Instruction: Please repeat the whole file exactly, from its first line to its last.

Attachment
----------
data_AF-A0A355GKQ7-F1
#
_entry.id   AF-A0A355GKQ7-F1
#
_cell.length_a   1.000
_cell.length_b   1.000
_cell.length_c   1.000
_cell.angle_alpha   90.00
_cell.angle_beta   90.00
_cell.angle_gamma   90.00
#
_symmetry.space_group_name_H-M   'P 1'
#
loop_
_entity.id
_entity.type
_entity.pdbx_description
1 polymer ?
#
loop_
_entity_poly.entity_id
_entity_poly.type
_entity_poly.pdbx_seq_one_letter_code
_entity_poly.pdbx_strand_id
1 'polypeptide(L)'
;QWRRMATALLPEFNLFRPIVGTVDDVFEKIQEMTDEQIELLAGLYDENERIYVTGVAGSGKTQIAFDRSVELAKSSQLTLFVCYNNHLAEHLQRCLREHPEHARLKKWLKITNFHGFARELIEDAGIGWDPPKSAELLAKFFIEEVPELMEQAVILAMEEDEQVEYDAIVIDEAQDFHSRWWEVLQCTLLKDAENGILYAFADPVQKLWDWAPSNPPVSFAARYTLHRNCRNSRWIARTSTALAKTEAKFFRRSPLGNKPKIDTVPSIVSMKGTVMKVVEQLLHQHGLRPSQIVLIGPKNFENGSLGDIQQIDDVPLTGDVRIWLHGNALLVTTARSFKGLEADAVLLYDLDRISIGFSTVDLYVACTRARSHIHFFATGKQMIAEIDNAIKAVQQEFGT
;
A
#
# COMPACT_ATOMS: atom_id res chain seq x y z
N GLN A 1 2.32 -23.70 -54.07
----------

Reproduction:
data_AF-A0A355GKQ7-F1
#
_entry.id   AF-A0A355GKQ7-F1
#
_cell.length_a   1.000
_cell.length_b   1.000
_cell.length_c   1.000
_cell.angle_alpha   90.00
_cell.angle_beta   90.00
_cell.angle_gamma   90.00
#
_symmetry.space_group_name_H-M   'P 1'
#
loop_
_entity.id
_entity.type
_entity.pdbx_description
1 polymer ?
#
loop_
_entity_poly.entity_id
_entity_poly.type
_entity_poly.pdbx_seq_one_letter_code
_entity_poly.pdbx_strand_id
1 'polypeptide(L)'
;QWRRMATALLPEFNLFRPIVGTVDDVFEKIQEMTDEQIELLAGLYDENERIYVTGVAGSGKTQIAFDRSVELAKSSQLTLFVCYNNHLAEHLQRCLREHPEHARLKKWLKITNFHGFARELIEDAGIGWDPPKSAELLAKFFIEEVPELMEQAVILAMEEDEQVEYDAIVIDEAQDFHSRWWEVLQCTLLKDAENGILYAFADPVQKLWDWAPSNPPVSFAARYTLHRNCRNSRWIARTSTALAKTEAKFFRRSPLGNKPKIDTVPSIVSMKGTVMKVVEQLLHQHGLRPSQIVLIGPKNFENGSLGDIQQIDDVPLTGDVRIWLHGNALLVTTARSFKGLEADAVLLYDLDRISIGFSTVDLYVACTRARSHIHFFATGKQMIAEIDNAIKAVQQEFGT
;
A
#
# COMPACT_ATOMS: atom_id res chain seq x y z
N GLN A 1 2.32 -23.70 -54.07